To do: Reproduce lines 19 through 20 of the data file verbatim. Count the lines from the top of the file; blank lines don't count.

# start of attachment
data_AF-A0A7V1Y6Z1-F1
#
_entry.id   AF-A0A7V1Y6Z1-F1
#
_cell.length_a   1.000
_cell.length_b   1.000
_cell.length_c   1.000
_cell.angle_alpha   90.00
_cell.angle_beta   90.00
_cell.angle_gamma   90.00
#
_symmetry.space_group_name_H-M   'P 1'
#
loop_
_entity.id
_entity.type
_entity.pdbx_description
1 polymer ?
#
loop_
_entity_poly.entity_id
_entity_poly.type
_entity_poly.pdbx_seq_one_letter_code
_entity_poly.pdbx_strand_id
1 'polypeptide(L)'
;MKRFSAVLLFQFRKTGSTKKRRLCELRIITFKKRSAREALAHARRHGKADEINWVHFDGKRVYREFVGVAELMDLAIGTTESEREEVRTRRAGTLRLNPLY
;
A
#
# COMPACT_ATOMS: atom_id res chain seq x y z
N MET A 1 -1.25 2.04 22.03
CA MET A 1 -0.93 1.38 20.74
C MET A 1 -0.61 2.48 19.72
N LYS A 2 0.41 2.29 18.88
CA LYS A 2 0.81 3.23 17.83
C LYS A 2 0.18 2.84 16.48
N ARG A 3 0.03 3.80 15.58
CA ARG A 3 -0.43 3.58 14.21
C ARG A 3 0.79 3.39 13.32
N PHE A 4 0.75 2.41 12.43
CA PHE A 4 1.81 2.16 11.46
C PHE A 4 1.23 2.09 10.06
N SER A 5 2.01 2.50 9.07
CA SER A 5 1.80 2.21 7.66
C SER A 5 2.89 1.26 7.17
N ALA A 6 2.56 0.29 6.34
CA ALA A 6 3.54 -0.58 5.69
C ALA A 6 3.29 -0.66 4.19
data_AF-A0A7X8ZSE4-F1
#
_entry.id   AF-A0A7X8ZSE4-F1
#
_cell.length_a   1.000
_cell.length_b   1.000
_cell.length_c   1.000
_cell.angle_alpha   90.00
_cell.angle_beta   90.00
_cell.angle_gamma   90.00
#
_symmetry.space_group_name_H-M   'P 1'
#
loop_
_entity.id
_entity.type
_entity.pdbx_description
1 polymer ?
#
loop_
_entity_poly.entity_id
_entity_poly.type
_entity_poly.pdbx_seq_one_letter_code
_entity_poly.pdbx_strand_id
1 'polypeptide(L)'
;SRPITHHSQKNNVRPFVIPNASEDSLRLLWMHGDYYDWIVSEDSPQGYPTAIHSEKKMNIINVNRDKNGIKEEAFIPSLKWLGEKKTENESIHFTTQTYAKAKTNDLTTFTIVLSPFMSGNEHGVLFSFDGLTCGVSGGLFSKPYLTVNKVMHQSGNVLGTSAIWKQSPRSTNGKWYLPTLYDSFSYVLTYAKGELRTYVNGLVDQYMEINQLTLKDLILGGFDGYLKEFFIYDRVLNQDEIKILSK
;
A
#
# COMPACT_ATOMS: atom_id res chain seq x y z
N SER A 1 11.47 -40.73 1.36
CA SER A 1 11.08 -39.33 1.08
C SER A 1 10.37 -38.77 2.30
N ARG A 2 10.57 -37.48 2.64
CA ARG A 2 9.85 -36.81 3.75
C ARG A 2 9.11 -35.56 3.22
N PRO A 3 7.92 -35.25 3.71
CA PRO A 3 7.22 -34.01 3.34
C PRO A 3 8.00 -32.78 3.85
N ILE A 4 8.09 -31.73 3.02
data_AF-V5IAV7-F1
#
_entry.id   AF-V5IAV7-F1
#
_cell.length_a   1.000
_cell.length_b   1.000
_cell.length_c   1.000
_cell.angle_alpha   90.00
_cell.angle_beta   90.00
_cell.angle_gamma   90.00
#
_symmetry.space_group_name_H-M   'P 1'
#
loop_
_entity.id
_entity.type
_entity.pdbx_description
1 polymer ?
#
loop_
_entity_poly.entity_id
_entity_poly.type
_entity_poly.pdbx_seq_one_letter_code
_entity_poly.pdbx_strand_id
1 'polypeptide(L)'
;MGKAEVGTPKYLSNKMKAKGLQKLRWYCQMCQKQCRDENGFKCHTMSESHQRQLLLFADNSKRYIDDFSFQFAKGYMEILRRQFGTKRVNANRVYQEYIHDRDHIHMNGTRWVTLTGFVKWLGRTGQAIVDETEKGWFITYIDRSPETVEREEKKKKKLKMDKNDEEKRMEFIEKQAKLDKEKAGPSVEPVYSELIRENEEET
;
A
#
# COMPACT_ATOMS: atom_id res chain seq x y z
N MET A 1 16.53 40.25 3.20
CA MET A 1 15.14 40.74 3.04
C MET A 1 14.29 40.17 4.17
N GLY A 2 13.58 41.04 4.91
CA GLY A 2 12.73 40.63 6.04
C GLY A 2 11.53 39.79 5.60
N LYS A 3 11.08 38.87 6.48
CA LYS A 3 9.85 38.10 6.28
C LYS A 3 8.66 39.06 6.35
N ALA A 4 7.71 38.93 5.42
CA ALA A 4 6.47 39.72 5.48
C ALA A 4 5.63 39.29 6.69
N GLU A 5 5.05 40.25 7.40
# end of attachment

#
loop_